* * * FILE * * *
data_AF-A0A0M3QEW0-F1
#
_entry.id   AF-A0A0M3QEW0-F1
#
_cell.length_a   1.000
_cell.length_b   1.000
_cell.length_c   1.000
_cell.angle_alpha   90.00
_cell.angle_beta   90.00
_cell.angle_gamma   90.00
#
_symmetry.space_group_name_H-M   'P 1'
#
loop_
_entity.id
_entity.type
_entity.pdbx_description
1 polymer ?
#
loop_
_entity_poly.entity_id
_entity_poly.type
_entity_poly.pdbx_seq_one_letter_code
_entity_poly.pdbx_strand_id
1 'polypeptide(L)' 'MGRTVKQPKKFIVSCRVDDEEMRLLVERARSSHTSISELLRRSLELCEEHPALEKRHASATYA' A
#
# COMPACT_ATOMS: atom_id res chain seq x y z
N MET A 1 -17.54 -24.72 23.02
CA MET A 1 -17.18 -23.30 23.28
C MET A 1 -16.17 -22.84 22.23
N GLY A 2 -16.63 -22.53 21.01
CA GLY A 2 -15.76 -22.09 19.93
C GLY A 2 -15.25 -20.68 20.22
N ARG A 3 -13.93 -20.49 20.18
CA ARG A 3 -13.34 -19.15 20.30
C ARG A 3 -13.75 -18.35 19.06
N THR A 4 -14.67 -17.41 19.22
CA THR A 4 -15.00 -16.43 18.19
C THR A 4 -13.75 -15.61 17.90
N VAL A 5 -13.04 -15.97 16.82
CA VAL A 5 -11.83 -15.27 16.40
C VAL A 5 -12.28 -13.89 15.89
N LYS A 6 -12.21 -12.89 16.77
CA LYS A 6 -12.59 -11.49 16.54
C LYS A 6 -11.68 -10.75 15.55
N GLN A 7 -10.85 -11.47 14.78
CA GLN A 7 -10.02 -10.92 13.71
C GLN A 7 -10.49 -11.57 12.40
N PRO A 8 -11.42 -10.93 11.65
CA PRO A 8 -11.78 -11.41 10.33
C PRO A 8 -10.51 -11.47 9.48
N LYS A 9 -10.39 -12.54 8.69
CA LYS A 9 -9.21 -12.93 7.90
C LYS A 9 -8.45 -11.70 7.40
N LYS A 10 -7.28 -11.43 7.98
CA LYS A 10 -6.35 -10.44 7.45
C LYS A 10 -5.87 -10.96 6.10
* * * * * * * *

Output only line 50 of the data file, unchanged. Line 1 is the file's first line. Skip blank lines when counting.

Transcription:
CA PRO A 8 -11.78 -11.41 10.33